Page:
The $30 Greenhouse

Reader Contribution by Kyle Chandler-Isacksen
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One of the stops on the tours I give at our Be the Change Homestead in Reno is our greenhouse.  I built most of it over a long weekend when my family was away visiting relatives.  When Katy and the boys are gone, I like to say that I have “infinite time.”  It truly feels that way as I put in peanut-butter and kale fueled 14-hour days unbothered by lost shoes, sit-down meals, bathing… For those childless people out there, you can’t know how precious your time is until you have kids.  Especially if you unschool and homestead as we do.  Infinite time! 

The greenhouse is not fancy or big but it is pretty amazing (to me, at least) all the same because I built it completely from salvaged lumber, glass, plastic, bricks, nails, etc.  The only things I bought new were screws and some caulking taking up most of the $30.  We live, intentionally, on very little money so when I started visioning the greenhouse I put the word out to friends and neighbors and started gathering materials.  I also frequent our local Habitat for Humanity store which is a boon for nails, hinges, random bolts, and the odd hand tool.  After some choice library books for design inspiration, oodles of doodles, and feedback from Katy (she’s the gardener), we were ready to go. 

All the windows and sliders came from our friend and neighbor Gene, a handyman with a penchant for giving and for colorful clothes.  We got some groovy space-age plastic window stuff from Dean, a plumber friend, who got butt-end rolls from his friend who makes windows with it and can’t use the last 30 feet or so of material on each roll.  Wood was gotten from various friends and sources including a dumpster.  The roofing vinyl is from an old billboard sign we got from Clearchannel (the ad company) for $25 for a 48’ x 14’ sign.  That’s a lot of material!  Yes, it’s vinyl and vinyl is nasty, but it is also waste put to new (and better) use.  They sell the old signs and the money goes towards their holiday party.  The last time I picked up two signs I got them with my bike and trailer.  Somehow word got around to the employees in the building about this and four guys came outside to see how some nut on a bike planned to get these giant tarps hauled off.  They were great sports.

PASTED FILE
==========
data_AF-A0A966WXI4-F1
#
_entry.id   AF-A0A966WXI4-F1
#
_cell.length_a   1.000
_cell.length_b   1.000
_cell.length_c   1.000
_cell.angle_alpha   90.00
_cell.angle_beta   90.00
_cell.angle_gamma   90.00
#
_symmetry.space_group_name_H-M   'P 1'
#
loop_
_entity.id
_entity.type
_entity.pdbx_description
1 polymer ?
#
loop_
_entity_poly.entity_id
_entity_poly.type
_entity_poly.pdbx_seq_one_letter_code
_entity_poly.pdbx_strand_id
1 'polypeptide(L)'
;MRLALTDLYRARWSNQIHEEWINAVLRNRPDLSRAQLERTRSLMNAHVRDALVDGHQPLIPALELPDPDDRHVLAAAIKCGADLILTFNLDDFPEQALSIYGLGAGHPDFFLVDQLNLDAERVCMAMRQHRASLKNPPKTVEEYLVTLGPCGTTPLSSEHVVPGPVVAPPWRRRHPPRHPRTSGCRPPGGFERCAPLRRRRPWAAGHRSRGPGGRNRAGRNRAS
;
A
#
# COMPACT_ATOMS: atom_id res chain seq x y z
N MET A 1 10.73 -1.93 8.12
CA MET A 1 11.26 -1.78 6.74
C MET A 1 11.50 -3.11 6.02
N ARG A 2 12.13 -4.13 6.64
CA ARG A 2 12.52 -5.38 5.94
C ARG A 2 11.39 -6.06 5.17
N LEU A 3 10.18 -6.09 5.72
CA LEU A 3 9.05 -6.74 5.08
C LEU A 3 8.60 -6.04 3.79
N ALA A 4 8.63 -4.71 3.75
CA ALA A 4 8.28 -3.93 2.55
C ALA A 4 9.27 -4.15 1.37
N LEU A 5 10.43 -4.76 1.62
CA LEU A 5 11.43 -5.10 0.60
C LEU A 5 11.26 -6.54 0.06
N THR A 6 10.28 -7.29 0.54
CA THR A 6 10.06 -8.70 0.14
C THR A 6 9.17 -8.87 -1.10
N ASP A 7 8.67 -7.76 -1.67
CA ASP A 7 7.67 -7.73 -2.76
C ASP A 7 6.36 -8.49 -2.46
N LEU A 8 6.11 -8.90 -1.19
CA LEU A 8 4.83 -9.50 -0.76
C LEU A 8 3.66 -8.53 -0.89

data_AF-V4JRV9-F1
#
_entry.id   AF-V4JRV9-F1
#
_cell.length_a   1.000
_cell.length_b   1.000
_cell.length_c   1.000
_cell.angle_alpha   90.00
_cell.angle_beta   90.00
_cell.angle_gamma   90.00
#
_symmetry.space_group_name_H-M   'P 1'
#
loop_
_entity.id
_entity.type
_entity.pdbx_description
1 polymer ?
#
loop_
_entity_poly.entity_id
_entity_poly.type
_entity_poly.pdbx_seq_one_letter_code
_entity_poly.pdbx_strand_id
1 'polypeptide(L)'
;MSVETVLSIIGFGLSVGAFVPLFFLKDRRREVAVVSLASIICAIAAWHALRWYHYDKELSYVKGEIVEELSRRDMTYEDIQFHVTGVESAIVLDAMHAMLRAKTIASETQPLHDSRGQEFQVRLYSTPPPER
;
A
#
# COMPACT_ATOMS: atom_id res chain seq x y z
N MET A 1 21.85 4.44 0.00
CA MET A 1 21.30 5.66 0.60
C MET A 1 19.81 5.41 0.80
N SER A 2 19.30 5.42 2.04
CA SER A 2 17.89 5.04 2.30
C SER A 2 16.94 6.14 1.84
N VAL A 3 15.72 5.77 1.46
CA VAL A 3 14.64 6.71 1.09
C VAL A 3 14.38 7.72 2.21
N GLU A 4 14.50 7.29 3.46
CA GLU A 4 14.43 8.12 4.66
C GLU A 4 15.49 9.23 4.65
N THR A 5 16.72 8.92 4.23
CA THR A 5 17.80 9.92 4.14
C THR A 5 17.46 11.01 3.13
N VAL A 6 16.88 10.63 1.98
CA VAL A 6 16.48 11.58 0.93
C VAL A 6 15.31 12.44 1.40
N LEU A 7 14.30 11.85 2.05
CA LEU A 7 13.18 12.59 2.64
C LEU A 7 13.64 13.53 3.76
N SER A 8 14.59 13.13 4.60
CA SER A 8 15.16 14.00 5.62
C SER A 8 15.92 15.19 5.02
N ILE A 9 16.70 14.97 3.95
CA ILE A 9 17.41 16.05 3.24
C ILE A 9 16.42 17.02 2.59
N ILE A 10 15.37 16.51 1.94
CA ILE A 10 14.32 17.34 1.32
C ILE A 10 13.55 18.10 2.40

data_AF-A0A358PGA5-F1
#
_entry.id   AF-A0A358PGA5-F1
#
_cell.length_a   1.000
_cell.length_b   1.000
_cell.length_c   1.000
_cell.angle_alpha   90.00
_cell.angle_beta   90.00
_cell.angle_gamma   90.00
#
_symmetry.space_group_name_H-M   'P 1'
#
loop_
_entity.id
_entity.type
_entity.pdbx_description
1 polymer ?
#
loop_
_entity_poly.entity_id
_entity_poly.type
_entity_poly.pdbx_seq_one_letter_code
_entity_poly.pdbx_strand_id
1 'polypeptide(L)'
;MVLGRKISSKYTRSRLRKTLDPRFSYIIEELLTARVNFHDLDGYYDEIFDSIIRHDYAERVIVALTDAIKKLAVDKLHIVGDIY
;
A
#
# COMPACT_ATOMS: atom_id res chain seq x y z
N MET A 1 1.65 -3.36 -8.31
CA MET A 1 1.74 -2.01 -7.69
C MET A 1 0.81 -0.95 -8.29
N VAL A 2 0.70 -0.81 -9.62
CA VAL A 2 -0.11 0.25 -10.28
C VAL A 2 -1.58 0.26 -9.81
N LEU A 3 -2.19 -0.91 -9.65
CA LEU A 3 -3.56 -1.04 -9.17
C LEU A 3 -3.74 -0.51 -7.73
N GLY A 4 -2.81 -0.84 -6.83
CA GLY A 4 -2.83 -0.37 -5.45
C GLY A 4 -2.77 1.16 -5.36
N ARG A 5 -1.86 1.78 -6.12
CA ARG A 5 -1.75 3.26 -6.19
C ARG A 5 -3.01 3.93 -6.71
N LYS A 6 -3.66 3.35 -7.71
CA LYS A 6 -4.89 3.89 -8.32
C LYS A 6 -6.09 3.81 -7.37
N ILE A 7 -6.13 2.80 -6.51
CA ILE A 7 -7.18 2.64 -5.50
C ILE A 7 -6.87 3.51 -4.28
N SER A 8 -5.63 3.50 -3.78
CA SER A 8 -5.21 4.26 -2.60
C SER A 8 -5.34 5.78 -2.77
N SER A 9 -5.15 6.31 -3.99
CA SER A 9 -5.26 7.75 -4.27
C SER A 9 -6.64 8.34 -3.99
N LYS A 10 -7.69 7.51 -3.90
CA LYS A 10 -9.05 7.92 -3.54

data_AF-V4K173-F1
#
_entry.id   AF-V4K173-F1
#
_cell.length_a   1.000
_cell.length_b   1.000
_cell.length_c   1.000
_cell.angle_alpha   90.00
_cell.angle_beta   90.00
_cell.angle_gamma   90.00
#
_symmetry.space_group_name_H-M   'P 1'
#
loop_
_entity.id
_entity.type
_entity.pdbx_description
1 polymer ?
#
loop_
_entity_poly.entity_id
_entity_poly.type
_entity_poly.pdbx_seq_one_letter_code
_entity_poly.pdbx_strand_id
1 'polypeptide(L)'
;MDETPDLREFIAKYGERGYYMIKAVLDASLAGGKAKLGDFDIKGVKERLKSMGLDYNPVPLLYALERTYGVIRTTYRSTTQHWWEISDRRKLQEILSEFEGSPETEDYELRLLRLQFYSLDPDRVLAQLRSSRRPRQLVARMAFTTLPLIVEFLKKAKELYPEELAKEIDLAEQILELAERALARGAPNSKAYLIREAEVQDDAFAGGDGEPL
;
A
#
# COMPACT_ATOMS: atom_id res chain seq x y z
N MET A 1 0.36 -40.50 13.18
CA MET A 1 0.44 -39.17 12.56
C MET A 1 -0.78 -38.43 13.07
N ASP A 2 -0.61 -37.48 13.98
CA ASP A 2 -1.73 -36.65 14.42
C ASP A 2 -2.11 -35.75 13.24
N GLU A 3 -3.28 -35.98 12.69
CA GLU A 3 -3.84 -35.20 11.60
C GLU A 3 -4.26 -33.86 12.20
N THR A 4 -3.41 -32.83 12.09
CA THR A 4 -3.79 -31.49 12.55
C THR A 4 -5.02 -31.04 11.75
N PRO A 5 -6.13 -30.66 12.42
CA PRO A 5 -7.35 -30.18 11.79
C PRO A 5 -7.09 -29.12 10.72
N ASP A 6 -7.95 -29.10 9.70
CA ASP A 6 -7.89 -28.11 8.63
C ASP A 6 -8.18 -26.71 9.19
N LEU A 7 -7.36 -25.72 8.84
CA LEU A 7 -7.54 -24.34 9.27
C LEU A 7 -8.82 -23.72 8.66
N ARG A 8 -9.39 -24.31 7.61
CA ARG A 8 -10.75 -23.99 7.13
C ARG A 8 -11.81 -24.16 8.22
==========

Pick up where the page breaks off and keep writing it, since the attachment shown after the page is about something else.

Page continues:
Some other features of the greenhouse include:

  • A “Really raised bed” which makes for easy gardening
  • Three old 55 gallon drums filled with water under that raised bed are painted black and absorb heat from the direct winter/fall sun (aka: thermal mass and the pavers on the ground do the same)
  • Removable plastic windows on the sides
  • Openable windows on the low front side
  • Venting via a hinged opening at the top which we prop open with a stick
  • Heat through a window for the “Bed Shed”  – it’s attached to an outbuilding (the “Bed Shed”) in which friends stay
  • Work table, shelves, some pretty chicken wings for decoration 

Back to the tour and how the greenhouse relates to our broader vision. People, all of us, live inside frameworks of understanding that are narrow because there is so much out there to know and learn. These frameworks, while useful in that they help us define our worlds and ourselves, also limit our ability to see outside them; to see new ways of doing things, to be creative. Most folks that come by our place and take our tour are ready to expand their frameworks; they’re ready for some of what we’re offering. And when I show them the greenhouse full of plants in the dead of winter (or whenever, really) and describe the cost, the friends and community who contributed to it, and how it works, the universal response is, “Wow!” followed by a broad smile. Now it’s not that “Wow!” really but to folks with a Home Depot, new material, isolated, outsourcing of expertise mentality, it is impressive. And I see minds open and tick-tock in new ways. Little breakthroughs happen and it’s just because there’s an example to see and someone to share it.